• count = ($ - Arr)/2 ;number of elements
  • .code
  • mov ax,0 ;AX holds the sum
  • mov si,offset Arr
  • mov cx,count
  • L1:
  • add ax,[si]
  • add si,2 ;go to the next word
  • loop L1
indirect addressing cont1
Indirect Addressing (cont.)
  • For 16-bit registers:
    • only BX, BP, SI, DI can be used as indirect operands
  • For 32-bit registers:
    • EAX, EBX, ECX, EDX, EBP, ESP, ESI, EDI can be used as indirect operands
  • Caution when using 32-bit registers in real mode (only the 1st MB is addressable):
    • mov ebx, 1000000h
    • mov ax, [ebx] ;outside real-mode address space
indirect addressing cont2
Indirect Addressing (cont.)
  • The default segment used for the offset:
    • it is SS whenever BP, EBP or ESP is used
    • it is DS whenever the other registers are used
  • This can be overridden by the “:” operator:

mov ax, [si] ;offset from DS

mov ax, es:[si] ;offset from ES

mov ax, [bp] ;offset from SS

mov ax, cs:[bp] ;offset from CS

  • With indirect addressing, the type is adjust according to the destination operand:
    • mov ax,[edi] ;16-bit operand
    • mov ch,[ebx] ;8-bit operand
    • mov eax,[si] ;32-bit operand
base and index addressing
Base and Index Addressing
  • Base registers (BX and BP), index registers (SI and DI) and 32-bit registers can be use with displacements (ie: constant and/or variable)
  • If A is a variable, the following forms are permitted:

mov ax, [bp+4]

mov ax, 4[bp] ;same as above

mov ax, [si+A]

mov ax, A[si] ;same as above

mov ax, A[edx+4]

base and index addressing cont
Base and Index Addressing (cont.)
  • Example of using displacements:
    • .data
    • A db 2,4,6,8,10
    • .code
    • mov si,3
    • mov dl, A[si+1] ;DL = 10
base index addressing
Base-Index Addressing
  • Base-index addressing is used when both a base and an index register is used as an indirect operand.
  • When two 16-bit registers are used as indirect operands: the first one must be a base and the second one must be an index:

mov ah, [bp+bx] ;invalid, both are base

mov ah, [si+di] ;invalid, both are index

mov ah, [bp+si] ;valid, segment is in SS

mov ah, [bx+si] ;valid, segment is in DS

base index addressing cont
Base-Index Addressing (cont.)
  • A two dimensional array example:
    • .data
    • rowsize = 3
    • arr db 10h, 20h, 30h
    • db 0Ah, 0Bh, 0Ch
    • .code
    • mov bx, rowsize ;choose 2nd row
    • mov si, 2 ;choose 3rd column
    • mov al, arr[bx+si] ;AL = 0Ch
    • mov al, arr[bx][si]
base index addressing with 32 bit registers
Base-Index Addressing with 32-bit registers
  • Both of the 32-bit registers can be base or index (previous restriction is lifted)
    • mov ax, [ecx+edx] ;permitted, both are index
    • mov ax, [ebx+edx] ;permitted, base and index
    • mox ax, [ebx][edx] ;same as above
  • The 1st register determines the segment used:
    • mov ax,[esi+ebp] ;offset from DS
    • mov ax,[ebp+esi] ;offset from SS
  • We can also add displacements
    • mov dh, A[esi][edi+2]

Break ...

the offset operator
The OFFSET Operator
  • The OFFSET returns the distance of a label or variable from the beginning of its segment.
  • Example:


bList db 10h, 20h, 30h, 40h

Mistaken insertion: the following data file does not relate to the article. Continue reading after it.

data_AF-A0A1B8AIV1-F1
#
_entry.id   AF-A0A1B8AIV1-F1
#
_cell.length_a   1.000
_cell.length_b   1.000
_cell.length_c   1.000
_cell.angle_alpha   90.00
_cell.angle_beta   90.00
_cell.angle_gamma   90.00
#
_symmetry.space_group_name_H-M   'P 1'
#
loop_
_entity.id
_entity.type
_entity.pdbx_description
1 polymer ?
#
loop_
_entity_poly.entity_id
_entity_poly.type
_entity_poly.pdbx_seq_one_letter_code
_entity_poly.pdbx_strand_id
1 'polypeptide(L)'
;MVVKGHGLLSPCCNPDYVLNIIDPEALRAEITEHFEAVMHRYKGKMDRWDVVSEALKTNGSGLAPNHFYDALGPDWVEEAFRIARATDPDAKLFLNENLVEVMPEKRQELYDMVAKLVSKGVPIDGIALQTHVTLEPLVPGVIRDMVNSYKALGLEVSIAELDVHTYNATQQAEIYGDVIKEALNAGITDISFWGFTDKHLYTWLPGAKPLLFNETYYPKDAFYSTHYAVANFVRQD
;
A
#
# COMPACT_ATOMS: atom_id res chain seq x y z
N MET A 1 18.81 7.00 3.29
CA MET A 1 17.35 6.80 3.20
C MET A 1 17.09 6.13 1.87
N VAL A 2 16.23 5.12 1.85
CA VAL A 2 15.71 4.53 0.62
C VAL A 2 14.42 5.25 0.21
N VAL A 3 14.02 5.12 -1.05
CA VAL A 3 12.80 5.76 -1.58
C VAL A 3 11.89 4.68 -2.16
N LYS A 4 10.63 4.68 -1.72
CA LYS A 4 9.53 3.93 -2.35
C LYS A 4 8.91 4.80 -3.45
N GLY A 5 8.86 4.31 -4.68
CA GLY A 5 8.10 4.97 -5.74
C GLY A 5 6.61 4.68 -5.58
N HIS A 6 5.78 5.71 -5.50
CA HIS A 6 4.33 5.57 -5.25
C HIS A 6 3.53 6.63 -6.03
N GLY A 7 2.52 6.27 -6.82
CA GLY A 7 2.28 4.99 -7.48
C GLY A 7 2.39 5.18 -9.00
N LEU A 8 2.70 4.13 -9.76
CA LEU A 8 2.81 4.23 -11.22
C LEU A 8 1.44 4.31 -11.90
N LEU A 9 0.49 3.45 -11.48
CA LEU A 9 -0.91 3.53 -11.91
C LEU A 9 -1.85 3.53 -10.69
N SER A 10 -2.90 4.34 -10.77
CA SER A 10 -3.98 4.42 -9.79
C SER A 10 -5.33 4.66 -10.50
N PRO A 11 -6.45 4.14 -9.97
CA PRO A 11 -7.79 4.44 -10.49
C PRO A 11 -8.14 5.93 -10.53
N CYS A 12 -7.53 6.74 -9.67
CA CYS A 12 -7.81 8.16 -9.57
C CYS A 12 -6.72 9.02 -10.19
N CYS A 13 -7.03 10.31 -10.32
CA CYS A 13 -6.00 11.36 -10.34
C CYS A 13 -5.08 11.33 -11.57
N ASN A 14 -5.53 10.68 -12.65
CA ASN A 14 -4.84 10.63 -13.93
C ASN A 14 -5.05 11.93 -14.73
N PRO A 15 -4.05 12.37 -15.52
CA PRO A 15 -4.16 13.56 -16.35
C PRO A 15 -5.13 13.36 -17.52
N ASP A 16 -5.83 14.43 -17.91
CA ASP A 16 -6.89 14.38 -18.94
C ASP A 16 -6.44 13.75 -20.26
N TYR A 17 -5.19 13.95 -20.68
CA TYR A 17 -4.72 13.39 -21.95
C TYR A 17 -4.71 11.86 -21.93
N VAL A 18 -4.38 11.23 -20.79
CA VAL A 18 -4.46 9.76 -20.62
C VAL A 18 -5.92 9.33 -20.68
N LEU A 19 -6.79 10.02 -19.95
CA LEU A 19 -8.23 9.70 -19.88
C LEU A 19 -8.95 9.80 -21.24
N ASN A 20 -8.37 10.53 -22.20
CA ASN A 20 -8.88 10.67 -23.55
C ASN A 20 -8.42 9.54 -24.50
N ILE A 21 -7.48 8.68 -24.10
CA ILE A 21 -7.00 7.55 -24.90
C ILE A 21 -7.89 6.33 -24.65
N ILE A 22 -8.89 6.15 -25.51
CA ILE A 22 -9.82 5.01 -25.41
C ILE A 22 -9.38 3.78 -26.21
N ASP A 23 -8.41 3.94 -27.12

wList dw 1000h, 2000h, 3000h


mov al, bList ; al = 10h

mov di, offset bList ; di = 0000

mov bx, offset bList+1 ; bx = 0001

the seg operator
The SEG Operator
  • The SEG operator returns the segment part of a label or variable’s address.
  • Example:

push ds

mov ax, seg array

mov ds, ax

mov bx, offset array


pop ds

the ptr operator directive
The PTR Operator (directive)
  • Sometimes the assembler cannot figure out the type of the operand. Ex:
    • mov [bx],1
  • should value 01h be moved to the location pointed by BX, or should it be value 0001h ?
  • The PTR operator forces the type:
    • mov byte ptr [bx], 1 ;moves 01h
    • mov word ptr [bx], 1 ;moves 0001h
    • mov dword ptr [bx], 1 ;moves 00000001h
the label directive
The LABEL directive
  • It gives a name and a size to an existing storage location. It does not allocate storage.
  • It must be used in conjunction with byte, word, dword, qword...
    • .data
    • val16 label word
    • val32 dd 12345678h
    • .code
    • mov eax,val32 ;EAX = 12345678h
    • mov ax,val32 ;error
    • mov ax,val16 ;AX = 5678h
  • val16 is just an alias for the first two bytes of the storage location val32
the type operator
The TYPE Operator
  • It returns the size, in bytes, of a variable:
    • .data
    • var1 dw 1, 2, 3
    • var2 dd 4, 5, 6
    • .code
    • mov bx, type var1 ;BX = 2
    • mov bx, type var2 ;BX = 4
  • Handy for array processing. Ex: If SI points to an element of var2, then to make SI point to the next element, we can simply write:

add si, type var2

the length size operators
The LENGTH, SIZE Operators
  • The LENGTH operator counts the number of individual elements in a variable that has been defined using DUP.
    • .data
    • var1 dw 1000
    • var2 db 10, 20, 30
      • array dw 32 dup(0)
    • .code
    • mov ax, length var1 ; ax=1
      • mov ax, length var2 ; ax=1
      • mov ax, length array ; ax=32
  • The SIZE operator is equivalent to LENGTH*TYPE
sign and zero extend instructions
Sign and Zero Extend Instructions
  • MOVZX (move with zero-extend)
  • MOVSX (move with sign-extend)
  • Both move the source into a destination of larger size (valid only for 386 and later processors)
  • imm operands are not allowed
    • mov bl, 07h
    • mov bh, 80h
    • movzx ax,bh ;AX = 0080h
    • movsx dx,bh ;DX = FF80h
    • movsx ax, bl ;AX = 0007h
    • movzx ecx,dx ;ECX = 0000FF80h
    • movsx ecx,dx ;ECX = FFFFFF80h
    • movsx ecx,ax ;ECX = 00000007h